The Department of Labor’s (DOL) Employee Benefits Security Administration (EBSA) says industry speculation that a major drop in the reported dollar value of civil and criminal collections made on behalf of employee benefit plans in 2014 is the result of weaker efficiency or a shift in auditing policy misses the mark.
As explained in EBSA’s recently published 2014 collection and enforcement action fact sheet, the agency’s investigators recovered $599.7 million in direct reimbursements for employee benefit plans and participants during 2014. The total come from 3,928 civil investigations closed by EBSA in 2014, with 2,541 of those cases (64.7%) resulting in monetary compensation for plans or other corrective action. The previous year, EBSA reported more than double the monetary collections arising from 3,677 closed investigations, in which violations were found nearly 73% of the time. Taken together, plan sponsors paid a collective $1.7 billion in plan reimbursements and fines to EBSA to settle criminal cases and civil violations in 2013. (The 2013 numbers are reported here.)
Responding to industry questions around the cause of what appeared to be a major yearly decline in collections, EBSA says the top-line drop from 2013’s reported $1.7 billion to 2014’s reported $599.7 million does not tell the whole collections story. The agency provided an explanation of the nominal decline to PLANSPONSOR:
“The 2013 and 2014 numbers are not apples-to-apples,” the agency explains. “EBSA changed the report [this year], so that the ~$600 million for 2014 includes only dollars that went back into people’s pockets—both plans and participants—and does not include categories such as “prohibited transactions corrected” that are part of the 2013 and previous years’ numbers. So the difference in the numbers reflects a change in reporting for 2014, not a dramatic decrease in recoveries. If anything, the $600 million is a better reflection of the actual dollars going back to plans and participants.”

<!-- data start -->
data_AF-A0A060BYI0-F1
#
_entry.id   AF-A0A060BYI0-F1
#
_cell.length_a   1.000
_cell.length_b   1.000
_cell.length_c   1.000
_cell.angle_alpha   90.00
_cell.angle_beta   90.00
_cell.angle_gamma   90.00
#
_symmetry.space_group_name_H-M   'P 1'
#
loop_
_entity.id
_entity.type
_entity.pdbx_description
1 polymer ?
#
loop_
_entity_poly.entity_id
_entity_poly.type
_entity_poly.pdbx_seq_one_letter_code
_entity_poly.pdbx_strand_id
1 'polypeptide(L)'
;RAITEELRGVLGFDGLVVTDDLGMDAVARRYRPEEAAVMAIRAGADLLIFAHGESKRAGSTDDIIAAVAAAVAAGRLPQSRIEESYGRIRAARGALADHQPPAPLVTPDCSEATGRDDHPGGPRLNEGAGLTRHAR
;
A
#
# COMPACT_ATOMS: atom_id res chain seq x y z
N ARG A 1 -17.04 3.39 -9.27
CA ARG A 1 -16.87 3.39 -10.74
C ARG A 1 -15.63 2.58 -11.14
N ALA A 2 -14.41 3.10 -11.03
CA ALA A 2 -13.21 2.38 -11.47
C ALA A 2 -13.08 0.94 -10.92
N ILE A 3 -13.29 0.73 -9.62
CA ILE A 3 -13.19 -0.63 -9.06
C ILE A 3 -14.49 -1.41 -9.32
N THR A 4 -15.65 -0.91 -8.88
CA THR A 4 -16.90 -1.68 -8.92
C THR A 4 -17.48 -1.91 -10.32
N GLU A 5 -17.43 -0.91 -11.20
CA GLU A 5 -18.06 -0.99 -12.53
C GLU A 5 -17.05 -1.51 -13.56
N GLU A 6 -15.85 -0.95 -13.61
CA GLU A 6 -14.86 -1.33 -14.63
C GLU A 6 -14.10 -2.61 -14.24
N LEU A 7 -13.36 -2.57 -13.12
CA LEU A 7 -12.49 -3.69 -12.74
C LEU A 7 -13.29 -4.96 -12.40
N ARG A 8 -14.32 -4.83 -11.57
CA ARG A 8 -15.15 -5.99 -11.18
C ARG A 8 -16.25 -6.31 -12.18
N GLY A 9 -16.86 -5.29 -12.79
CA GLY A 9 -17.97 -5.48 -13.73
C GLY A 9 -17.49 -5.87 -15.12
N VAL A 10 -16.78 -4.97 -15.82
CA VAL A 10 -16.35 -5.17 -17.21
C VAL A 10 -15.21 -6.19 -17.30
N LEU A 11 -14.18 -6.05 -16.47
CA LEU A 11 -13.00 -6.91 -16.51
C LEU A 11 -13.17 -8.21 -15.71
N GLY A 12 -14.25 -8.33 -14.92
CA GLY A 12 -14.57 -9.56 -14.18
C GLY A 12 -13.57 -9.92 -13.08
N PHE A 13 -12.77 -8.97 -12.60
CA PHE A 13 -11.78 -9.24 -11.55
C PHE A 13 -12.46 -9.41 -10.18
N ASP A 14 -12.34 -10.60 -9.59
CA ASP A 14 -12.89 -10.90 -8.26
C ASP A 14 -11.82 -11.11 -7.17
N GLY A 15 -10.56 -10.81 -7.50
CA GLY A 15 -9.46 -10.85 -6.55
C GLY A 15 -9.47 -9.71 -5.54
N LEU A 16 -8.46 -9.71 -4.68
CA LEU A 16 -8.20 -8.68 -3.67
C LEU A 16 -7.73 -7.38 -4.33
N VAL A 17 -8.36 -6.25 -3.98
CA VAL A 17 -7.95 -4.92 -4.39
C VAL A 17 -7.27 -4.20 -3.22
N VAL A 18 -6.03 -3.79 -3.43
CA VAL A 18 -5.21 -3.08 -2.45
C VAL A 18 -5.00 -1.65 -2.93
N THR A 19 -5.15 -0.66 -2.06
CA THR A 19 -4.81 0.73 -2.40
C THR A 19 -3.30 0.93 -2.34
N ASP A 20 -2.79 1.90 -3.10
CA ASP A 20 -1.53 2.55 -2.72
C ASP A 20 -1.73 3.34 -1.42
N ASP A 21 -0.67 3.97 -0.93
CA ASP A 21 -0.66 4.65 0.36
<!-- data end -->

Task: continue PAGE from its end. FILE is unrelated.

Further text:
EBSA also tells PLANSPONSOR its emphasis has been on helping field offices and the public understand and focus on actual dollars going back into people’s pockets. “We are still tracking other categories of monetary recoveries,” EBSA says, “but what you see in the 2014 report is the most accurate reflection of real money going back to plans and participants.”
For an apples-to-apples comparison number, EBSA suggests a better 2014 number to use is $823.2 million. The explanation continues: “One thing to add, and it is important context, is that the larger 2013 number included one prohibited transaction correction (which is one of the big categories EBSA did not put in the headline 2014 number that was reported online) representing about $500 million. While you do see a drop from the $1.6 billion for 2013 and the $823 million for 2014, a major piece of that was a result of a single case.”
Additionally, EBSA says its reporting for 2014 did not count results from the Abandoned Plan Program, which provides remedies for plans lacking a sponsor or plan trustees—for example if the owner of a small business dies without a succession plan in place. Taking this into account, EBSA says the two numbers that are 100% relatable by categories included for 2014 and 2013 are $581.3 million and $499.7 million, respectively.
“We are still tracking and using all of the numbers,” EBSA concludes. “We have simply changed the format of what we are presenting to the public, to give to the public what we think is the most useful and relevant data.”